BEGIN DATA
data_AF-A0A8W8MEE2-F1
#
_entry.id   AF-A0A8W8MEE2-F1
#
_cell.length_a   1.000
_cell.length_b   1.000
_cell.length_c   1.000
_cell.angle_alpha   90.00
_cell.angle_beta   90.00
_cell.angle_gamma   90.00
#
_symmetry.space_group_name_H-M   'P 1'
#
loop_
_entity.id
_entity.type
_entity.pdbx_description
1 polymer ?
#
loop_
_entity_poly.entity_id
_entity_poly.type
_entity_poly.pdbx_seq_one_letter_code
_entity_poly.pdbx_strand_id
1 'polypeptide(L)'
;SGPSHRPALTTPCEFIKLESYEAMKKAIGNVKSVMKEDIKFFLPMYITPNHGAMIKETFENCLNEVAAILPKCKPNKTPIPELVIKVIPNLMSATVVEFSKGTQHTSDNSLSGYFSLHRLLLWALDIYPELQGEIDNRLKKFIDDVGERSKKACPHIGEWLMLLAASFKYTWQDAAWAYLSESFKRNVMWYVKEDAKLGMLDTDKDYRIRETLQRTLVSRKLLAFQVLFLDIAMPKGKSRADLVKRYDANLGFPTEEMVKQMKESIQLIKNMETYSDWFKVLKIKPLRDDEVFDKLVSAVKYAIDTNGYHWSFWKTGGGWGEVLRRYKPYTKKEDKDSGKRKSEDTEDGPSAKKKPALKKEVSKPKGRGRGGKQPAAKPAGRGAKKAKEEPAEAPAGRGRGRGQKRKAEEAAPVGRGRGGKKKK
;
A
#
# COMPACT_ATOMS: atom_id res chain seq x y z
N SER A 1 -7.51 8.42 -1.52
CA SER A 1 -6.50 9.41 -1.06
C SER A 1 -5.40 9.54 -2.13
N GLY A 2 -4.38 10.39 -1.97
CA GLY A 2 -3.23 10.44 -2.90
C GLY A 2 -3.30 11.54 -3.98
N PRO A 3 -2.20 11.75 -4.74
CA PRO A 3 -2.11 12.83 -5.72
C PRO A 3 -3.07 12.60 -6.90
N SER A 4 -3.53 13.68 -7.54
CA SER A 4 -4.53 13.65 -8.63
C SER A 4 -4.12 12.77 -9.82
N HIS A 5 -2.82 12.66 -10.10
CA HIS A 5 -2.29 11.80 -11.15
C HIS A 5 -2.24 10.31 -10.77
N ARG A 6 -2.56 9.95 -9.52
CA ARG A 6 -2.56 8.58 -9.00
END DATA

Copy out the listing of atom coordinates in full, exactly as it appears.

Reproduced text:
data_AF-A0A8W8MEE2-F1
#
_entry.id   AF-A0A8W8MEE2-F1
#
_cell.length_a   1.000
_cell.length_b   1.000
_cell.length_c   1.000
_cell.angle_alpha   90.00
_cell.angle_beta   90.00
_cell.angle_gamma   90.00
#
_symmetry.space_group_name_H-M   'P 1'
#
loop_
_entity.id
_entity.type
_entity.pdbx_description
1 polymer ?
#
loop_
_entity_poly.entity_id
_entity_poly.type
_entity_poly.pdbx_seq_one_letter_code
_entity_poly.pdbx_strand_id
1 'polypeptide(L)'
;SGPSHRPALTTPCEFIKLESYEAMKKAIGNVKSVMKEDIKFFLPMYITPNHGAMIKETFENCLNEVAAILPKCKPNKTPIPELVIKVIPNLMSATVVEFSKGTQHTSDNSLSGYFSLHRLLLWALDIYPELQGEIDNRLKKFIDDVGERSKKACPHIGEWLMLLAASFKYTWQDAAWAYLSESFKRNVMWYVKEDAKLGMLDTDKDYRIRETLQRTLVSRKLLAFQVLFLDIAMPKGKSRADLVKRYDANLGFPTEEMVKQMKESIQLIKNMETYSDWFKVLKIKPLRDDEVFDKLVSAVKYAIDTNGYHWSFWKTGGGWGEVLRRYKPYTKKEDKDSGKRKSEDTEDGPSAKKKPALKKEVSKPKGRGRGGKQPAAKPAGRGAKKAKEEPAEAPAGRGRGRGQKRKAEEAAPVGRGRGGKKKK
;
A
#
# COMPACT_ATOMS: atom_id res chain seq x y z
N SER A 1 -7.51 8.42 -1.52
CA SER A 1 -6.50 9.41 -1.06
C SER A 1 -5.40 9.54 -2.13
N GLY A 2 -4.38 10.39 -1.97
CA GLY A 2 -3.23 10.44 -2.90
C GLY A 2 -3.30 11.54 -3.98
N PRO A 3 -2.20 11.75 -4.74
CA PRO A 3 -2.11 12.83 -5.72
C PRO A 3 -3.07 12.60 -6.90
N SER A 4 -3.53 13.68 -7.54
CA SER A 4 -4.53 13.65 -8.63
C SER A 4 -4.12 12.77 -9.82
N HIS A 5 -2.82 12.66 -10.10
CA HIS A 5 -2.29 11.80 -11.15
C HIS A 5 -2.24 10.31 -10.77
N ARG A 6 -2.56 9.95 -9.52
CA ARG A 6 -2.56 8.58 -9.00